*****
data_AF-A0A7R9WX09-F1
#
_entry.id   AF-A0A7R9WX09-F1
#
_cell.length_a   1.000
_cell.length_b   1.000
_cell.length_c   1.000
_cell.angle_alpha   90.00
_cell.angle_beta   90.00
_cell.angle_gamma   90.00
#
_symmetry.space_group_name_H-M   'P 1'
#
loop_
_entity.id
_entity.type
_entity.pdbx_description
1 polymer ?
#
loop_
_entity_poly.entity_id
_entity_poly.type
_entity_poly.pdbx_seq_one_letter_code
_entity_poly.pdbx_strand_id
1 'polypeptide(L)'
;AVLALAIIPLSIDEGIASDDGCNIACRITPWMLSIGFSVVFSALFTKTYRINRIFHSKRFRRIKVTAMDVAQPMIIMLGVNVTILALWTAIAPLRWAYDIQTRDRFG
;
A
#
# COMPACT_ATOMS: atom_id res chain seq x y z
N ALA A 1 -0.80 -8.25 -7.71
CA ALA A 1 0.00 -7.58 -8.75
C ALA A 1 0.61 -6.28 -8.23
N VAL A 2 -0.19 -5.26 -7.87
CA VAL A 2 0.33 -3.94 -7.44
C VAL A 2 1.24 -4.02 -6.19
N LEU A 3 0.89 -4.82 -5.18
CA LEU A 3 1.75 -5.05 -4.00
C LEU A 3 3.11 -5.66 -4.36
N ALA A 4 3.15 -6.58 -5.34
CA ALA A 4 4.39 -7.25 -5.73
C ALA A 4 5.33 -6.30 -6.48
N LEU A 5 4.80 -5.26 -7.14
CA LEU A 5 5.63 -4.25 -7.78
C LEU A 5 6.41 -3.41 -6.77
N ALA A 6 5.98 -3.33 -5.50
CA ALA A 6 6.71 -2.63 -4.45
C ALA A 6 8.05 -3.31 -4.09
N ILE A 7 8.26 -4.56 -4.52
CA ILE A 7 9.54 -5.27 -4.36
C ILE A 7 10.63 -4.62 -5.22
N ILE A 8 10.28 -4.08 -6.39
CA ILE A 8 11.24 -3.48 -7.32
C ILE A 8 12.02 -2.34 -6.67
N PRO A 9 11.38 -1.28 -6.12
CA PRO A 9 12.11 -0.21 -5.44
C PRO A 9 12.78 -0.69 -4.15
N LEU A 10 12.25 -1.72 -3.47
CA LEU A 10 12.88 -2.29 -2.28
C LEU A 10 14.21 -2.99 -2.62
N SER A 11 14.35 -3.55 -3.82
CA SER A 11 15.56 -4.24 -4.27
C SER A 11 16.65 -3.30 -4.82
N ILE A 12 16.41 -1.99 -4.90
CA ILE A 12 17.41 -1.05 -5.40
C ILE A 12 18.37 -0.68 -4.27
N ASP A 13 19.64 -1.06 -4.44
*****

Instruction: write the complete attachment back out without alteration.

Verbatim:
data_AF-A0A7R9WX09-F1
#
_entry.id   AF-A0A7R9WX09-F1
#
_cell.length_a   1.000
_cell.length_b   1.000
_cell.length_c   1.000
_cell.angle_alpha   90.00
_cell.angle_beta   90.00
_cell.angle_gamma   90.00
#
_symmetry.space_group_name_H-M   'P 1'
#
loop_
_entity.id
_entity.type
_entity.pdbx_description
1 polymer ?
#
loop_
_entity_poly.entity_id
_entity_poly.type
_entity_poly.pdbx_seq_one_letter_code
_entity_poly.pdbx_strand_id
1 'polypeptide(L)'
;AVLALAIIPLSIDEGIASDDGCNIACRITPWMLSIGFSVVFSALFTKTYRINRIFHSKRFRRIKVTAMDVAQPMIIMLGVNVTILALWTAIAPLRWAYDIQTRDRFG
;
A
#
# COMPACT_ATOMS: atom_id res chain seq x y z
N ALA A 1 -0.80 -8.25 -7.71
CA ALA A 1 0.00 -7.58 -8.75
C ALA A 1 0.61 -6.28 -8.23
N VAL A 2 -0.19 -5.26 -7.87
CA VAL A 2 0.33 -3.94 -7.44
C VAL A 2 1.24 -4.02 -6.19
N LEU A 3 0.89 -4.82 -5.18
CA LEU A 3 1.75 -5.05 -4.00
C LEU A 3 3.11 -5.66 -4.36
N ALA A 4 3.15 -6.58 -5.34
CA ALA A 4 4.39 -7.25 -5.73
C ALA A 4 5.33 -6.30 -6.48
N LEU A 5 4.80 -5.26 -7.14
CA LEU A 5 5.63 -4.25 -7.78
C LEU A 5 6.41 -3.41 -6.77
N ALA A 6 5.98 -3.33 -5.50
CA ALA A 6 6.71 -2.63 -4.45
C ALA A 6 8.05 -3.31 -4.09
N ILE A 7 8.26 -4.56 -4.52
CA ILE A 7 9.54 -5.27 -4.36
C ILE A 7 10.63 -4.62 -5.22
N ILE A 8 10.28 -4.08 -6.39
CA ILE A 8 11.24 -3.48 -7.32
C ILE A 8 12.02 -2.34 -6.67
N PRO A 9 11.38 -1.28 -6.12
CA PRO A 9 12.11 -0.21 -5.44
C PRO A 9 12.78 -0.69 -4.15
N LEU A 10 12.25 -1.72 -3.47
CA LEU A 10 12.88 -2.29 -2.28
C LEU A 10 14.21 -2.99 -2.62
N SER A 11 14.35 -3.55 -3.82
CA SER A 11 15.56 -4.24 -4.27
C SER A 11 16.65 -3.30 -4.82
N ILE A 12 16.41 -1.99 -4.90
CA ILE A 12 17.41 -1.05 -5.40
C ILE A 12 18.37 -0.68 -4.27
N ASP A 13 19.64 -1.06 -4.44